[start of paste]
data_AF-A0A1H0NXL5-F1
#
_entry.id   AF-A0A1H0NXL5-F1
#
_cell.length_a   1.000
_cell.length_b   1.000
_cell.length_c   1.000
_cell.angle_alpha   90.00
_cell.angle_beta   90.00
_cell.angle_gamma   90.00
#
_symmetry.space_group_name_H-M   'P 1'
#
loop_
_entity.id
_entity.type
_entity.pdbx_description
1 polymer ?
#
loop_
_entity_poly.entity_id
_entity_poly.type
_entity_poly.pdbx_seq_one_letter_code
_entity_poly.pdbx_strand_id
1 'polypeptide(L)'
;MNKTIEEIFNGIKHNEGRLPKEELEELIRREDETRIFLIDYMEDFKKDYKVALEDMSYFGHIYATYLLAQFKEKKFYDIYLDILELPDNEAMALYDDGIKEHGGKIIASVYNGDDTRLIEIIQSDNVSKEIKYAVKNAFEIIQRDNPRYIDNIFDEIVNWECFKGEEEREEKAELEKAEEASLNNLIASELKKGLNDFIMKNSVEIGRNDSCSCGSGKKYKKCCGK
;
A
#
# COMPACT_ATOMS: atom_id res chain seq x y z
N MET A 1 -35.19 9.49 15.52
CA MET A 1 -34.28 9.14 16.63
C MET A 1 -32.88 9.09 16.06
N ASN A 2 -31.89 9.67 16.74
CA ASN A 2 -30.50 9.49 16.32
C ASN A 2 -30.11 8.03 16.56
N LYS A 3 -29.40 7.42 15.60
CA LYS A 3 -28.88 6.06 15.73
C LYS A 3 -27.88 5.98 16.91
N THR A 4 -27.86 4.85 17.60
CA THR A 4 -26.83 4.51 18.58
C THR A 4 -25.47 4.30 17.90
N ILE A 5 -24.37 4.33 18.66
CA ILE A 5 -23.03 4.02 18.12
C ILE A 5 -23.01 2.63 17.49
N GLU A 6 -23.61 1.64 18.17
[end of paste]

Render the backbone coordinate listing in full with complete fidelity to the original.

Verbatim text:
data_AF-A0A1H0NXL5-F1
#
_entry.id   AF-A0A1H0NXL5-F1
#
_cell.length_a   1.000
_cell.length_b   1.000
_cell.length_c   1.000
_cell.angle_alpha   90.00
_cell.angle_beta   90.00
_cell.angle_gamma   90.00
#
_symmetry.space_group_name_H-M   'P 1'
#
loop_
_entity.id
_entity.type
_entity.pdbx_description
1 polymer ?
#
loop_
_entity_poly.entity_id
_entity_poly.type
_entity_poly.pdbx_seq_one_letter_code
_entity_poly.pdbx_strand_id
1 'polypeptide(L)'
;MNKTIEEIFNGIKHNEGRLPKEELEELIRREDETRIFLIDYMEDFKKDYKVALEDMSYFGHIYATYLLAQFKEKKFYDIYLDILELPDNEAMALYDDGIKEHGGKIIASVYNGDDTRLIEIIQSDNVSKEIKYAVKNAFEIIQRDNPRYIDNIFDEIVNWECFKGEEEREEKAELEKAEEASLNNLIASELKKGLNDFIMKNSVEIGRNDSCSCGSGKKYKKCCGK
;
A
#
# COMPACT_ATOMS: atom_id res chain seq x y z
N MET A 1 -35.19 9.49 15.52
CA MET A 1 -34.28 9.14 16.63
C MET A 1 -32.88 9.09 16.06
N ASN A 2 -31.89 9.67 16.74
CA ASN A 2 -30.50 9.49 16.32
C ASN A 2 -30.11 8.03 16.56
N LYS A 3 -29.40 7.42 15.60
CA LYS A 3 -28.88 6.06 15.73
C LYS A 3 -27.88 5.98 16.91
N THR A 4 -27.86 4.85 17.60
CA THR A 4 -26.83 4.51 18.58
C THR A 4 -25.47 4.30 17.90
N ILE A 5 -24.37 4.33 18.66
CA ILE A 5 -23.03 4.02 18.12
C ILE A 5 -23.01 2.63 17.49
N GLU A 6 -23.61 1.64 18.17